The Paris Peace Conference Déjà Vu

The mess created by Western powers in the Levant was nearly solved by Jews and Arabs in direct talks 98 years ago… but a Paris Peace Conference torpedoed the agreement. This January the saboteurs return for an encore.

Part 1 of 3: The History. How the West repeatedly derailed Middle East peace

On Dec. 22, 2016 Reuters reported that the postponed Paris Middle East Peace Conference will take place on Jan. 15, 2017. This conference has provoked months of controversy, which only intensified as its sponsors attempted to justify its illogical aspects. For one thing, despite the desperate conflicts raging across the region, killing and displacing millions, this conference has only one “peace” goal: getting the century-old Israel-Palestinian stalemate to move another inch toward the Palestinian goal-line.

For another thing, despite allegiance to “the necessity of a two-state solution“, the two states in question are not among the 70 countries invited to this conference. They did not attend its preliminary conference last June either. Reuters blamed Israel’s exclusion personally on Prime Minister Benjamin Netanyahu, who “repeatedly rejected the conference proposal“. It failed to relay Netanyahu’s reason, namely that only direct talks could bring peace. That context was hidden in a separate report which carried the blaring headline, “Israel says ‘no’ to Middle East peace conference in Paris”. There we also discover (paragraph 12) that the PA says “no” to direct talks unless Israel grants all their demands first. But Reuters showed no interest in why the Palestinians, although heartily “in favor of the conference“, were likewise not invited.

Instead, Paris “will invite the Israeli and Palestinian leaders to meet separately at its conclusion,” when President Francois Hollande will privately tell them what the world decided in their absence. If that meeting doesn’t materialize, Times of Israel reported that France will send conference representatives to Jerusalem and Ramallah, to deliver the script written for the two sides.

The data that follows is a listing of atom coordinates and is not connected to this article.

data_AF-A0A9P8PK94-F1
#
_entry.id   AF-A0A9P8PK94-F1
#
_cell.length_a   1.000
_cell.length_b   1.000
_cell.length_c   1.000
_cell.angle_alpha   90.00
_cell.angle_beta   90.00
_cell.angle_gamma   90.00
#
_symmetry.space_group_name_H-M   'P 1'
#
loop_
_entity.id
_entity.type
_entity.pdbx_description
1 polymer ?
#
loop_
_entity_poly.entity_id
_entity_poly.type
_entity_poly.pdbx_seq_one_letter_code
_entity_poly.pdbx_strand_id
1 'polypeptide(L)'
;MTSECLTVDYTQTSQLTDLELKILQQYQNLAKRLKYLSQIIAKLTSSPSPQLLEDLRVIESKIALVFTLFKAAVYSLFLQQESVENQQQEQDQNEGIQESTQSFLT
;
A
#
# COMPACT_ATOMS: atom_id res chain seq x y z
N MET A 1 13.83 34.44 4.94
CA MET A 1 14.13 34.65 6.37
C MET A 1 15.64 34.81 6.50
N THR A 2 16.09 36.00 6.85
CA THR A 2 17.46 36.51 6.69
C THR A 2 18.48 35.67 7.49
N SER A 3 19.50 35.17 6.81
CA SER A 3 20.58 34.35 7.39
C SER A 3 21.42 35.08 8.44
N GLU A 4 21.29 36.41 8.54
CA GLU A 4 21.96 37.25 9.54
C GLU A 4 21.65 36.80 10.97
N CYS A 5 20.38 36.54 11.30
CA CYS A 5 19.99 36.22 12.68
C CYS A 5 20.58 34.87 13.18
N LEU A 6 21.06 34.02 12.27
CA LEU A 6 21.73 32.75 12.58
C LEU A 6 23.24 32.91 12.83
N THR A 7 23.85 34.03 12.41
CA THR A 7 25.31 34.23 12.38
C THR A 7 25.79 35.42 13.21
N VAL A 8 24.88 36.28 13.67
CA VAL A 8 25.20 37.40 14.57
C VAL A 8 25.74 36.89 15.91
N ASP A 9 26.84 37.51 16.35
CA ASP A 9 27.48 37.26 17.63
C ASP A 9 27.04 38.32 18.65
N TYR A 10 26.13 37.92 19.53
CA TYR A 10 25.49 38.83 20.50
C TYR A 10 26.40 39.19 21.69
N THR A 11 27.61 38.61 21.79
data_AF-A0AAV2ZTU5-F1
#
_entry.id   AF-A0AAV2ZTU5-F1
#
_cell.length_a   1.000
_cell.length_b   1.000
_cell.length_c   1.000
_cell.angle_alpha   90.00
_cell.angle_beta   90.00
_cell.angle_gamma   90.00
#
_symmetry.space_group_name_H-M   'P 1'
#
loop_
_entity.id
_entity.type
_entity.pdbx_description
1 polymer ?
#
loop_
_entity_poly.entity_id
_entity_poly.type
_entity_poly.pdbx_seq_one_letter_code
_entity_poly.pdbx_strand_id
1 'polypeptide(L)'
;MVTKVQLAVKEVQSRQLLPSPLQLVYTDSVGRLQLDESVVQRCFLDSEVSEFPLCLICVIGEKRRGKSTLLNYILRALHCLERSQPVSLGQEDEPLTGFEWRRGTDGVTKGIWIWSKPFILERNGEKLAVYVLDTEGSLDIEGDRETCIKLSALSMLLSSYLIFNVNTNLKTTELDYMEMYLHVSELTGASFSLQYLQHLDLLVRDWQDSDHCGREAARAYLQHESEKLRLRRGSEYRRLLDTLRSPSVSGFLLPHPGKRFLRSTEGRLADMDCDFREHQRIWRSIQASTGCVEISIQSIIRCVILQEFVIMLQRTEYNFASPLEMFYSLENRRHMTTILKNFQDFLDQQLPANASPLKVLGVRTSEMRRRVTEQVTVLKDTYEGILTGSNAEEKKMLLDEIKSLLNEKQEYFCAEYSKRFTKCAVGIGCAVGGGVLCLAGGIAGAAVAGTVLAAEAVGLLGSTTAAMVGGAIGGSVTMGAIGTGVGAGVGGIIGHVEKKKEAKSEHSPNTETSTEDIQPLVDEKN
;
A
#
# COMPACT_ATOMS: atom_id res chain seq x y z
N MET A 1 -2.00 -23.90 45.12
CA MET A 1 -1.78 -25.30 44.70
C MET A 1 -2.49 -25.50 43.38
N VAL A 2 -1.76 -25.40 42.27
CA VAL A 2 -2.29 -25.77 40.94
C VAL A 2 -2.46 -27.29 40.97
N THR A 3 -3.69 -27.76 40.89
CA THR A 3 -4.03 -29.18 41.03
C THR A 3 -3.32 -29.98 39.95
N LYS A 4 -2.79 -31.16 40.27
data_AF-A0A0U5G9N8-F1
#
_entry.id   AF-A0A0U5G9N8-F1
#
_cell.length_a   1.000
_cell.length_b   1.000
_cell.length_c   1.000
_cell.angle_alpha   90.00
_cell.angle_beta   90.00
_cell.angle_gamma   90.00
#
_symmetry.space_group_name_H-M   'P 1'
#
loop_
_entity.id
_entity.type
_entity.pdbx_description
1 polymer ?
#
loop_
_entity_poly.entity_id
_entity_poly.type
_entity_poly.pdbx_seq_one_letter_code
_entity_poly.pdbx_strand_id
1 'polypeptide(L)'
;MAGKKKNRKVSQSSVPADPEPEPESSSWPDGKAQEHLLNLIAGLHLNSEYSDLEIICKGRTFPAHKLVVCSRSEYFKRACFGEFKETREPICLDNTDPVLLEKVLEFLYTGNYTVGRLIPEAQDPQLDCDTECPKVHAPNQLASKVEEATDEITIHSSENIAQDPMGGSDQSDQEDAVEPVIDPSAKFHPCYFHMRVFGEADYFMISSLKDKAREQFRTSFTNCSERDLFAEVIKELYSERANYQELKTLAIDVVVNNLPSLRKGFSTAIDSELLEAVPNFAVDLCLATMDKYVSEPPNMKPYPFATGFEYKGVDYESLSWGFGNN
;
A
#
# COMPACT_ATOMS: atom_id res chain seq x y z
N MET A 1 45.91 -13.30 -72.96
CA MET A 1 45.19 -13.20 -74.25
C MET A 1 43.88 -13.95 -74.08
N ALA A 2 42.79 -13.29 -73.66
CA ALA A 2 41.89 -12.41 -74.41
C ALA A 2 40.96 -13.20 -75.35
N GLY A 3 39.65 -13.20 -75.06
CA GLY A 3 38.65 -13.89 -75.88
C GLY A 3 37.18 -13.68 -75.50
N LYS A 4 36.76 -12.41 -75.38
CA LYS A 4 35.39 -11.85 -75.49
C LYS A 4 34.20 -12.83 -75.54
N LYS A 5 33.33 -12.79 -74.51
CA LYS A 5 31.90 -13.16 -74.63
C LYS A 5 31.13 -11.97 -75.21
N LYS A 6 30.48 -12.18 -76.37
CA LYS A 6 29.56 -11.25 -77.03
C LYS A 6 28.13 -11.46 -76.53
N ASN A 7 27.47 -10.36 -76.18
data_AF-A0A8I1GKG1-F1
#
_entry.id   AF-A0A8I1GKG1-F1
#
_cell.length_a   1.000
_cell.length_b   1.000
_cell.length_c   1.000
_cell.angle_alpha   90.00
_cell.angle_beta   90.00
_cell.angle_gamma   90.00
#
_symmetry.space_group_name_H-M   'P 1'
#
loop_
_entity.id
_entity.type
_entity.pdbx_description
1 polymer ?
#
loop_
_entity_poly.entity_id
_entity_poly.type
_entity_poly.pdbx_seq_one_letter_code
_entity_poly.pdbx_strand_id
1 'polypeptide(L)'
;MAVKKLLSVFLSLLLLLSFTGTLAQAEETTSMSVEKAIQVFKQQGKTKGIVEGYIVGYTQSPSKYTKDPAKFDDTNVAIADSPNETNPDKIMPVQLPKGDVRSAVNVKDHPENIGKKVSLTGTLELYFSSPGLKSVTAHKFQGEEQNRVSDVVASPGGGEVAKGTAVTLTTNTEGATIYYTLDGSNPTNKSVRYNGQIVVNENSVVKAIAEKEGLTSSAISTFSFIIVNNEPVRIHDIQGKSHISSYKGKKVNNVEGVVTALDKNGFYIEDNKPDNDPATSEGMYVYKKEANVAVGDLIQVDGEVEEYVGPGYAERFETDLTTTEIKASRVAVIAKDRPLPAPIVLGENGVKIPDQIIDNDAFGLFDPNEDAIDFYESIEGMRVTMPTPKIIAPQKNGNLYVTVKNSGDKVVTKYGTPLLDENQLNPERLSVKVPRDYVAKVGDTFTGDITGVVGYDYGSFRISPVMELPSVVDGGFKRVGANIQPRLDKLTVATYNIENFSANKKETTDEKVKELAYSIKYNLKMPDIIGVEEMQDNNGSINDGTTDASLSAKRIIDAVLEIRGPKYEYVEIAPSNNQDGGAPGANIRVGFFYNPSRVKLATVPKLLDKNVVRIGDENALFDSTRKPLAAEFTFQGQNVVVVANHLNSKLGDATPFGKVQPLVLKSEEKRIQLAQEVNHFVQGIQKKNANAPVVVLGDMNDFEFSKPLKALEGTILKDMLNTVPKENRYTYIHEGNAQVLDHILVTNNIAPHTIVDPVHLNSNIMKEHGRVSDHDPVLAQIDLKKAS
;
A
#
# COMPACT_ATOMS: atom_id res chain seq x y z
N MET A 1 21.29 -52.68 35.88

The absurdity of this Middle East strategy is underscored by comparison with another conference almost a century ago, where a real two-state solution was proposed, concluded… and then systematically sabotaged. Ironically, it carried the same name: the Paris Peace Conference of 1919. That conference was dominated by four nations – France, Britain, Italy and the U.S. – three of which are again calling the shots in its 2017 namesake.

The 1919 gathering had wider ambitions: drafting punitive treaties with the nations defeated in World War I, and restructuring the vanquished Ottoman Empire. But a tangled web of double-dealing was already producing Middle East friction. Two years before (1917), Britain’s Balfour Declaration had publicly promised Palestine to the Jews (including Jordan, which did not yet exist). Still earlier, before the Allies won the war, another British declaration had privately promised Syria, which then included Palestine (and Iraq, which did not yet exist), to Hashemite Emir Faisal Hussein, in return for rebelling against the Ottomans. But overriding both was the 1916 Sykes-Picot Agreement, a secret arrangement between Britain and France that divided these same lands between themselves, arbitrarily drawing borders that would separate Arab clans and force bitter rivals into artificial nations. They splintered the Jewish homeland into a handful of tiny districts, none of them allotted to the Jews.